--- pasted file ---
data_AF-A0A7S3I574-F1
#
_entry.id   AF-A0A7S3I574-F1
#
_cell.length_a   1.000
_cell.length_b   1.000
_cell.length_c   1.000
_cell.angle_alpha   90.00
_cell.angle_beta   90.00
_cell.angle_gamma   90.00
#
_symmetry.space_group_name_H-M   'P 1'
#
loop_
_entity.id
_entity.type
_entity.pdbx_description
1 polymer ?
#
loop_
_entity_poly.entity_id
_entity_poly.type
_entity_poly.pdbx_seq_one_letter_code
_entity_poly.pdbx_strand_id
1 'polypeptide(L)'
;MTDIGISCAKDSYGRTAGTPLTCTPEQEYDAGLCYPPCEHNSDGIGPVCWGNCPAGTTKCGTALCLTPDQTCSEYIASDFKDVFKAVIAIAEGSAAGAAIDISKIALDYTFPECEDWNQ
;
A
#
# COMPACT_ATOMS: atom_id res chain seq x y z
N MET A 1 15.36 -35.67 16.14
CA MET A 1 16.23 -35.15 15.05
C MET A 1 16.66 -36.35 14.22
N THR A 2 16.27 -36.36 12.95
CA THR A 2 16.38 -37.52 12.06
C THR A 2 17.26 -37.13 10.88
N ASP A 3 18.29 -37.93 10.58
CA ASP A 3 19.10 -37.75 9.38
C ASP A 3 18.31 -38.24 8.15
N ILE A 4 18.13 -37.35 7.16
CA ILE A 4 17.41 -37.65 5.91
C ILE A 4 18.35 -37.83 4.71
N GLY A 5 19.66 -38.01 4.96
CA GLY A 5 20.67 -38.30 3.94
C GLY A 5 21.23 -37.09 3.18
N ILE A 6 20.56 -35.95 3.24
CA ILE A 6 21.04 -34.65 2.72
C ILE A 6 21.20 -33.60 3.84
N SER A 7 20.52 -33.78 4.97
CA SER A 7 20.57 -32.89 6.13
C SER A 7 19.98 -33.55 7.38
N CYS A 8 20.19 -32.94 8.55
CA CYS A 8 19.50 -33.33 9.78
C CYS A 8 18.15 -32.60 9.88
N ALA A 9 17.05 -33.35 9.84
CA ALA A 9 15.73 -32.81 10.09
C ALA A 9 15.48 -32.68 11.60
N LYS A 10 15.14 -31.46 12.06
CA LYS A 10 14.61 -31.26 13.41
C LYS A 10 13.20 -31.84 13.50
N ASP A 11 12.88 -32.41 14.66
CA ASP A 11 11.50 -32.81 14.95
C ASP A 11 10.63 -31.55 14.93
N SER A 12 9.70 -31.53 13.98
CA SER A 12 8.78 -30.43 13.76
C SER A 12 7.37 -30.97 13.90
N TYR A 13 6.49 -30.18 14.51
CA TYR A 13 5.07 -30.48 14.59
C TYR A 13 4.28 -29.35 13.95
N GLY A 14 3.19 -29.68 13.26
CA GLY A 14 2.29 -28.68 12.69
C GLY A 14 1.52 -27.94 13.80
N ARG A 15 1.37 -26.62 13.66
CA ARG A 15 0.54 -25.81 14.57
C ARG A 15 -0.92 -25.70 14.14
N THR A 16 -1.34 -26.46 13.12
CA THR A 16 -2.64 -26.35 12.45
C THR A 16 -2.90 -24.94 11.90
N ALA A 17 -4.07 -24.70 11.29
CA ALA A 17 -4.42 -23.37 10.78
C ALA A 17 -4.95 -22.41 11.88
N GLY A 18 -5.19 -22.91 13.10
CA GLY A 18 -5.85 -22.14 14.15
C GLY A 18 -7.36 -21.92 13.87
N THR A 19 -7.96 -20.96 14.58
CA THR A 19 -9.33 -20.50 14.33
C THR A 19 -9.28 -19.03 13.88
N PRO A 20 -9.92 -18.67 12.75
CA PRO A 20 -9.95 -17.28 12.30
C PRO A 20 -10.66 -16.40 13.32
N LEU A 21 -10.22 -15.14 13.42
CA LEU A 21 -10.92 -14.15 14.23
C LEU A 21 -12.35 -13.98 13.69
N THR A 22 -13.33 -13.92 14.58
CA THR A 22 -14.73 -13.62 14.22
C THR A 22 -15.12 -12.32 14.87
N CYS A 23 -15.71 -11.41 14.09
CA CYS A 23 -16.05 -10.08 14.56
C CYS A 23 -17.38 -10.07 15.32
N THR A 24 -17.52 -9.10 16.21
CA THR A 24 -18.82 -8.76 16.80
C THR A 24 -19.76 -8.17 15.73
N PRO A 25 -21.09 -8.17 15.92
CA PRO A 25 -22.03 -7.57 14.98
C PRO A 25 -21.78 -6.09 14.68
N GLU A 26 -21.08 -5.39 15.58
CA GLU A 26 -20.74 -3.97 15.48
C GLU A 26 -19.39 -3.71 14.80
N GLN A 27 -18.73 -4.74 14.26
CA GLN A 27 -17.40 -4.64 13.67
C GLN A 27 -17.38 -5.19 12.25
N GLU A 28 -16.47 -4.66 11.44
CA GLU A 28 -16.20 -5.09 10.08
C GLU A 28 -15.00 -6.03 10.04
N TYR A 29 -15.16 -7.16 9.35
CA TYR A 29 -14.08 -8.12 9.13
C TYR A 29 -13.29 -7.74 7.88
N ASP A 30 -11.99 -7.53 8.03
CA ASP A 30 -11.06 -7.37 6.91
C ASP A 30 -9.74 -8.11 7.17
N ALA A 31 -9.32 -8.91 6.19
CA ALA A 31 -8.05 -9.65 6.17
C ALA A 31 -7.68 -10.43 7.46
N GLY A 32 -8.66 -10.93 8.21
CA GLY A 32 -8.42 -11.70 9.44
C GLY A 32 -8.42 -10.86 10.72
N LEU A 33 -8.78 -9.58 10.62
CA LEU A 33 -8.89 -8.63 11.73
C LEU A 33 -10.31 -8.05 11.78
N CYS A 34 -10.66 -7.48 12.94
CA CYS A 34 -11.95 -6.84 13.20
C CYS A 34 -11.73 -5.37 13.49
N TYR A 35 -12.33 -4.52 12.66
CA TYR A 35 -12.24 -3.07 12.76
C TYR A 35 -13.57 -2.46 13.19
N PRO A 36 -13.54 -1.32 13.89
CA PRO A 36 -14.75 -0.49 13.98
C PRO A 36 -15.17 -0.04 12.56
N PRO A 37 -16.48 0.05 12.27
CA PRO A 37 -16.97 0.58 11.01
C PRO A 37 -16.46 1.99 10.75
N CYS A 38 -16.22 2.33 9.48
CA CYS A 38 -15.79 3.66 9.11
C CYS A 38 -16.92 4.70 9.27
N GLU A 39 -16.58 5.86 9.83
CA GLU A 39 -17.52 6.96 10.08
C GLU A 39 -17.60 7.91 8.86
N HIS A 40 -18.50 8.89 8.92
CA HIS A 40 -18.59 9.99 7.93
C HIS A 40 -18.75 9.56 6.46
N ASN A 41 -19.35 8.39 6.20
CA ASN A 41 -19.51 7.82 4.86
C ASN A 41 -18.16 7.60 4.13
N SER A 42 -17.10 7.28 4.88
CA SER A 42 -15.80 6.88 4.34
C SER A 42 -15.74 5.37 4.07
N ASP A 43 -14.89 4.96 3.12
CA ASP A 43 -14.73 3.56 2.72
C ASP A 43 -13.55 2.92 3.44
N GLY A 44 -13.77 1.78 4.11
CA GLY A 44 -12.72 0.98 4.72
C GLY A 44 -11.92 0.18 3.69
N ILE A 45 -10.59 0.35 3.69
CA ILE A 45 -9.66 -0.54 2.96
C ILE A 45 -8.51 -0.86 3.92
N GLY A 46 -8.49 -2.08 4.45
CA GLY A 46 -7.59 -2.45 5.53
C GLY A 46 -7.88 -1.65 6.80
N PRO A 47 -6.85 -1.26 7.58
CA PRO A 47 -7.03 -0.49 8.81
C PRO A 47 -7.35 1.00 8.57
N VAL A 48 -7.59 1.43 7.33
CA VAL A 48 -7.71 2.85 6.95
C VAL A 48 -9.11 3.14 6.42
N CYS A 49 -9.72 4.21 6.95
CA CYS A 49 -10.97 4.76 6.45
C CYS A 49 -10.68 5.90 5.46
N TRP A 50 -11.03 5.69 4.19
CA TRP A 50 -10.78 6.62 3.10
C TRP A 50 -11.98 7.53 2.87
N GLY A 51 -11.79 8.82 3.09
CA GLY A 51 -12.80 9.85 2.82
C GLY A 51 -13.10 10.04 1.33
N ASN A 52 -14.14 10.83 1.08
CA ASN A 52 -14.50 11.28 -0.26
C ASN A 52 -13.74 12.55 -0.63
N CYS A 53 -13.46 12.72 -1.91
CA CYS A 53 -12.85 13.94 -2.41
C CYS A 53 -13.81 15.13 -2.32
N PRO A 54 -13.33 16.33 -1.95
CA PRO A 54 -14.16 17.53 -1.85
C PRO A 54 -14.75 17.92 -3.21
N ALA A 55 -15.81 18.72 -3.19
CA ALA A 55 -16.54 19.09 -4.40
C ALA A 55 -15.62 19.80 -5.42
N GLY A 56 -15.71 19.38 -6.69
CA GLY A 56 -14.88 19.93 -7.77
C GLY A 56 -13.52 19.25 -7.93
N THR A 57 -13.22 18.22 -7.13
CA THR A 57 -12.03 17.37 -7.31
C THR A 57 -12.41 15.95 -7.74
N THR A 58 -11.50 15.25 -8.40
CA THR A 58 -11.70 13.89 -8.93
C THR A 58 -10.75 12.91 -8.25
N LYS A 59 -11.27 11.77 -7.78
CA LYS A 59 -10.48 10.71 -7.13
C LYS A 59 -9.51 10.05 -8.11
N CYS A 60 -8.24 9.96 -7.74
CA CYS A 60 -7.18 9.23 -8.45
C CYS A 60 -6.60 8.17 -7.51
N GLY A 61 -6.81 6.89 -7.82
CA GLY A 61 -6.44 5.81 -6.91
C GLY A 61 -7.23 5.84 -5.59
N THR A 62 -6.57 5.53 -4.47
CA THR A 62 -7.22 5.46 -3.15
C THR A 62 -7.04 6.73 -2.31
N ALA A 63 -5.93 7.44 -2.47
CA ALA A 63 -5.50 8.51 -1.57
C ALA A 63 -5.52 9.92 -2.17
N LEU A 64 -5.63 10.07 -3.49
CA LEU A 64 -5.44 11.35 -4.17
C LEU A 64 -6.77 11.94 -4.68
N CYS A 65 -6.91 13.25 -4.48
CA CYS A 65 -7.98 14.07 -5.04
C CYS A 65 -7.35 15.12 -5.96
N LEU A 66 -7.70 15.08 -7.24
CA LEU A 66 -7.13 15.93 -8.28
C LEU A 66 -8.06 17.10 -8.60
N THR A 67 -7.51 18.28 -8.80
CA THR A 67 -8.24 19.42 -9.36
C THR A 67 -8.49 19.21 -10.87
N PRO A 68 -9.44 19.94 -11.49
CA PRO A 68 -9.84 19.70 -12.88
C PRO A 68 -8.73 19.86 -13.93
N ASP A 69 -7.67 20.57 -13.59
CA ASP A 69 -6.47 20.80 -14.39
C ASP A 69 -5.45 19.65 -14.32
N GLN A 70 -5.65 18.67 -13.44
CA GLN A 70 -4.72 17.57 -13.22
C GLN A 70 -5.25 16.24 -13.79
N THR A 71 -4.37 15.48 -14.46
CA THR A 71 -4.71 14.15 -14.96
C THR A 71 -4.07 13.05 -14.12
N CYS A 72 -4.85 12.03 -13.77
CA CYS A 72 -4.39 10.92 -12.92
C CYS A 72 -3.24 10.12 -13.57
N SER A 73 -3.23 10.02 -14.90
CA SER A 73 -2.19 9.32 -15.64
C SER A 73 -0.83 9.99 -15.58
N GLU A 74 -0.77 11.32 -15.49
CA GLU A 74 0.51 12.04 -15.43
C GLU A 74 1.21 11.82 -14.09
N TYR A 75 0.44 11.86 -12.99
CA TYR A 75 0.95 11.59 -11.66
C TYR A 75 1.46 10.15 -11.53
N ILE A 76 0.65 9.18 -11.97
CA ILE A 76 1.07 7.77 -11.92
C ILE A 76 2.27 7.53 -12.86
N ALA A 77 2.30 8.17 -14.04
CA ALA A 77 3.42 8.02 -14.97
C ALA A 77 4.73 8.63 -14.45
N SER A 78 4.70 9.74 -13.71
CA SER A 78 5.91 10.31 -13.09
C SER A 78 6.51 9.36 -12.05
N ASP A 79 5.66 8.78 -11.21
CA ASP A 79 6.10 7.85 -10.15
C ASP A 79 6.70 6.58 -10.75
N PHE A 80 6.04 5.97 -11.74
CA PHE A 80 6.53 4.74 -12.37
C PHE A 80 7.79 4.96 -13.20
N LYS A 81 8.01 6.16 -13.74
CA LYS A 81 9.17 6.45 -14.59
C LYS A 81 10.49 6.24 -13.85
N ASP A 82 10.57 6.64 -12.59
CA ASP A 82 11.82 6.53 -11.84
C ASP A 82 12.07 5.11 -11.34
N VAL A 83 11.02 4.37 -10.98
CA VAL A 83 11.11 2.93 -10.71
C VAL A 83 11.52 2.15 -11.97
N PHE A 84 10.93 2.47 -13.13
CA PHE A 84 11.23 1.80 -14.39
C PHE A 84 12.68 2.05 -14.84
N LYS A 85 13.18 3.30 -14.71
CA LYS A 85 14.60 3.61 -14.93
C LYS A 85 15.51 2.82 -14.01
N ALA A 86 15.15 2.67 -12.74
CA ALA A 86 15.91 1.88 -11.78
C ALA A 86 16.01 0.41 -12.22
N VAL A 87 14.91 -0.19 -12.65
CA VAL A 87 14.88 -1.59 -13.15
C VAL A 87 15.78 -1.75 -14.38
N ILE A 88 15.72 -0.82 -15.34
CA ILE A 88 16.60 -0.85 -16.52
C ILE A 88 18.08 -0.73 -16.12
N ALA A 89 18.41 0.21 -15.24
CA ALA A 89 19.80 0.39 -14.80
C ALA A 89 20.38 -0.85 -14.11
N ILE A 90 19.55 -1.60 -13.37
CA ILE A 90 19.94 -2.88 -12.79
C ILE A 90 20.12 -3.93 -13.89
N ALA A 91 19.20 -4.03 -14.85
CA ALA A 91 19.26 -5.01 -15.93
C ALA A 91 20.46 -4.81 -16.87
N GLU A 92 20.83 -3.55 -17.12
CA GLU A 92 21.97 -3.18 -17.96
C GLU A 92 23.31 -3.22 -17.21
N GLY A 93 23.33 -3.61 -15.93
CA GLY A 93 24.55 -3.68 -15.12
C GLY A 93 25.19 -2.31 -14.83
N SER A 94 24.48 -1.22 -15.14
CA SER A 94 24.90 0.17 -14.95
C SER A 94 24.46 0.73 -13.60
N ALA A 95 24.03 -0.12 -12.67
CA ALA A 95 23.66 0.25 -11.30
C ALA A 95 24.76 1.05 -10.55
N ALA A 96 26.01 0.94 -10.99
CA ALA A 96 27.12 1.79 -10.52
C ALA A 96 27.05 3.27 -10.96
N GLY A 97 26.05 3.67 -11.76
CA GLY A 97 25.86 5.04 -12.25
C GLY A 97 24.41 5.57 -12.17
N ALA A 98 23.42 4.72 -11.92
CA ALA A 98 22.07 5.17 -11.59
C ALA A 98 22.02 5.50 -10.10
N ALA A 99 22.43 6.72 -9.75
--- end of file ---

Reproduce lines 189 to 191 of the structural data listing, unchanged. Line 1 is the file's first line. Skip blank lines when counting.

C CYS A 53 -13.81 15.13 -2.32
N PRO A 54 -13.33 16.33 -1.95
CA PRO A 54 -14.16 17.53 -1.85